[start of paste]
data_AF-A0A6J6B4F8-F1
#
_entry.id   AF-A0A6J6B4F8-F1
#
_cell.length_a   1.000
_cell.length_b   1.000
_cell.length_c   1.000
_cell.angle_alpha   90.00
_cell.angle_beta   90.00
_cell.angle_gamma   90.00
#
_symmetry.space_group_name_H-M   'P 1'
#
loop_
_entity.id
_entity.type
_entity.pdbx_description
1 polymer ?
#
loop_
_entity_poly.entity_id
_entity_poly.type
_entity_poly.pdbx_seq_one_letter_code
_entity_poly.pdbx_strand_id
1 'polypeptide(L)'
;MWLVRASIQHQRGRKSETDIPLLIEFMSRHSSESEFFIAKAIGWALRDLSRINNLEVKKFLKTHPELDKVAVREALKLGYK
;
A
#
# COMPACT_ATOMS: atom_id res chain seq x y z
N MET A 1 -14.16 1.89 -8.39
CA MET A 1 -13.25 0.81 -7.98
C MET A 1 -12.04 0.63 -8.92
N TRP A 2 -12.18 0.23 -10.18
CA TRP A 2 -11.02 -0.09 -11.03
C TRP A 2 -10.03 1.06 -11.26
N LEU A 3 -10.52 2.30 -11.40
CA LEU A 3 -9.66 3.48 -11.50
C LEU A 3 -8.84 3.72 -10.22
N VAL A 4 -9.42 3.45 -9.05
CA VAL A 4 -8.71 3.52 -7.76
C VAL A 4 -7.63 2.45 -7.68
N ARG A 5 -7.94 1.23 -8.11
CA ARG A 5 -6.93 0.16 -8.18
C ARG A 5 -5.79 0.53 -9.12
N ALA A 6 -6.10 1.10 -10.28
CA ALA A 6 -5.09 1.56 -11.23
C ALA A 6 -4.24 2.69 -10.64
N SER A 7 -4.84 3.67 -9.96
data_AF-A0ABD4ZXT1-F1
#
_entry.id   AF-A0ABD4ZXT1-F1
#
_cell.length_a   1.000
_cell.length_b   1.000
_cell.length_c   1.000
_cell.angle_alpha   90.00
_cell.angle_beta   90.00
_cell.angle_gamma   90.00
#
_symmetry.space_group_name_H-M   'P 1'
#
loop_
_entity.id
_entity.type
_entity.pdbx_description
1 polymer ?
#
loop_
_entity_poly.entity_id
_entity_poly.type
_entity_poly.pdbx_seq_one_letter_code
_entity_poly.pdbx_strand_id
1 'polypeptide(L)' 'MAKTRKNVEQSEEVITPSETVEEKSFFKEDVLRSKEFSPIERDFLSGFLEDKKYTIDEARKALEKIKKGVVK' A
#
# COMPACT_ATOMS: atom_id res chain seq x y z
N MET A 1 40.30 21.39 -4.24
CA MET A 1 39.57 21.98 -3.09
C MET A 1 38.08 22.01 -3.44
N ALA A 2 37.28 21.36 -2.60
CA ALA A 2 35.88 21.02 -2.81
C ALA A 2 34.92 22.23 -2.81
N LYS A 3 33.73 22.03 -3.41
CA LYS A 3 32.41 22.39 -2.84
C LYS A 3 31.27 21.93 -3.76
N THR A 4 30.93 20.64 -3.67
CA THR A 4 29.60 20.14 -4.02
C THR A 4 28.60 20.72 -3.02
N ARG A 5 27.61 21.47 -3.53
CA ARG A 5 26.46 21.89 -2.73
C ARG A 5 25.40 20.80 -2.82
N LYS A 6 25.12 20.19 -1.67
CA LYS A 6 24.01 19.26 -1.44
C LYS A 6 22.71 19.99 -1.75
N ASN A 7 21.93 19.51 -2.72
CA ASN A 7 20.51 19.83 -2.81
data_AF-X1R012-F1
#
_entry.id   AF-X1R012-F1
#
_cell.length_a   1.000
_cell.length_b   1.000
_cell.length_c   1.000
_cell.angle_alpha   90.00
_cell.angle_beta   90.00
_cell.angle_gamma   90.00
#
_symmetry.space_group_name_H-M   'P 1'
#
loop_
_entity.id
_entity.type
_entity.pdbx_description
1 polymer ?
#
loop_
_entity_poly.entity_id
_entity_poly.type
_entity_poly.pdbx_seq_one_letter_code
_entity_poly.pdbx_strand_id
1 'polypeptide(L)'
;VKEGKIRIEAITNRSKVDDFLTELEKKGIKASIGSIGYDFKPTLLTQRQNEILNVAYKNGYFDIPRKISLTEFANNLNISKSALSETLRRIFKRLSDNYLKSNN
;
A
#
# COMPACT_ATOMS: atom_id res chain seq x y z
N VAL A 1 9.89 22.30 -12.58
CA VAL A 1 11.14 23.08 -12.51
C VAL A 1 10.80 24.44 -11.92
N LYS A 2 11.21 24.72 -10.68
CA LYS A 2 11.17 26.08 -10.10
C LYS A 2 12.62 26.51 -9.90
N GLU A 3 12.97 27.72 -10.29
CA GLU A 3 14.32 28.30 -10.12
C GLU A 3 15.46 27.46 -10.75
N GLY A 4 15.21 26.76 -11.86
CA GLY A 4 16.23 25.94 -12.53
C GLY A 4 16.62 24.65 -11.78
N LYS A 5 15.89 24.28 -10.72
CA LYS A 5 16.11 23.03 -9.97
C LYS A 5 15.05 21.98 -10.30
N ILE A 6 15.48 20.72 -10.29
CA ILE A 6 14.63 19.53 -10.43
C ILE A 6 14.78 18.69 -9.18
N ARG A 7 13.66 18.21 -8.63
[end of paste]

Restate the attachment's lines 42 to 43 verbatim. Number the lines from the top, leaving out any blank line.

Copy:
C VAL A 4 -7.63 2.45 -7.68
N ARG A 5 -7.94 1.23 -8.11